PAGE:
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Nowadays, the living conditions are better and people have definitely better healthcare. That is the reason for population aging. The World Health Organization (WHO) provides that: ‘By 2030, 1 in 6 people in the world will be aged 60 years or over.’
Nowadays, the living conditions are better and people have de-
nitely better healthcare. That is the reason for population aging. The
World Health Organization (WHO) provides that: ‘By 2030, 1 in 6
people in the world will be aged 60 years or over.’ The bigger the
population of 60 years and over people is, the higher healthcare stan-
dard has to be. The aging population has specic characteristics. The
variety of older people is really high, some of them are in good con-
dition but some of them are dependent and frail. Frailty syndrome
aects about 18% of the European population aged 65 and over [1].
Weakness, slowness, fallings, fatigue, and many more describe frail-
ty. It is challenging for the patient, their family and caregivers. The
knowledge about frailty should be increased. To meet up this prob-
lem, the YouTube platform could be used. This platform could be
useful for searching health information but with caution because the
quality is diverse. It is important to evaluate the quality and reliability
of medical videos. There are some papers that present the evaluation
of videos about diseases or operations. Consequently, the authors of
the article “Concerns of Quality and Reliability of Educational Vid-
eos Focused on Frailty Syndrome on YouTube Platform” prepared the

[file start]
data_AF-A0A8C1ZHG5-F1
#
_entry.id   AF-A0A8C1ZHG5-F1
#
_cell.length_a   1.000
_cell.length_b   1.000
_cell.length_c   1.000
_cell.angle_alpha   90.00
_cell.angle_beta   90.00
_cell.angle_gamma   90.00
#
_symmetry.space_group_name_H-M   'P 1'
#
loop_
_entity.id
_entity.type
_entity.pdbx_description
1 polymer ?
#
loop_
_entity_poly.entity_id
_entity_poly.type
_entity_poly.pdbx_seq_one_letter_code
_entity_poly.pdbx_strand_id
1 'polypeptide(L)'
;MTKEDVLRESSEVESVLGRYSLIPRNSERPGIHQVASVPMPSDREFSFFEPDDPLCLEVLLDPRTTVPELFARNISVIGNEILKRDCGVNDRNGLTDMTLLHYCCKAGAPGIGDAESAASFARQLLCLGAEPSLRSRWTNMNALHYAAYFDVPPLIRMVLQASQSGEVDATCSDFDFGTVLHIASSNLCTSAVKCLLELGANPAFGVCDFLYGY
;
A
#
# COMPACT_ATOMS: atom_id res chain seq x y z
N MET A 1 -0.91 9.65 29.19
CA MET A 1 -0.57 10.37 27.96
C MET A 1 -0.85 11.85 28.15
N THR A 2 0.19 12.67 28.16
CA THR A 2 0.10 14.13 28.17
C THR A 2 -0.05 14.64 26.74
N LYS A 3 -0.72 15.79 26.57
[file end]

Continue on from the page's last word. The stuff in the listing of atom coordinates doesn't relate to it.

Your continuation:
evaluation of videos focused on frailty syndrome [2].
The videos could be evaluated by approved tools such as quali-
ty criteria for consumer health information (DISCERN), the Glob-
al Quality Score (GQS), and the Journal of American Medical As-
sociation (JAMA). DISCERN is a scoring system consisting of 16
questions, each with 5 points. It is used to rate the reliability. While
GQS is used to rate the quality and is a one-choice assessment scored
between 1 and 5. JAMA consists of 4 questions, each with a score of
1, used to rate the quality and reliability. Authors also analysed basic
parameters of videos such as video provider, content and duration of
the video, view count, average daily views, channel subscribers, the
*Corresponding author: Natalia Maria Hawryluk, Department of Family Medi-
cine and Infectious Diseases, University of Warmia and Mazury, 10-719 Olsztyn,
Poland, Tel: +48 725487433; E-mail:
Citation: Hawryluk NM, Stompór M (2022) Will Youtube Platform be the Main
Source of Patients’ Knowledge about Frailty? J Gerontol Geriatr Med 8: 119.
Received: January 10, 2022; Accepted: January 20, 2022; Published: January
27, 2022
Copyright: © 2022 Hawryluk NM, et al. This is an open-access article distributed
under the terms of the Creative Commons Attribution License, which permits un-
restricted use, distribution, and reproduction in any medium, provided the original
author and source are credited.
number of days since the upload date, likes, dislikes, comments, the
external webpages linked to the videos.
Undertaking researches related to the evaluation of the quality of
YouTube videos from various elds may help in increasing the pa-
tients’ awareness and knowledge. Some articles presented the results
which clearly showed that the quality of videos is poor [3-5]. How-
ever, there are papers with opposite results, which is quite promising
[6,7]. Poor quality videos could make conicts between patient and
doctor, lose trust and confuse the patients. The Internet contains a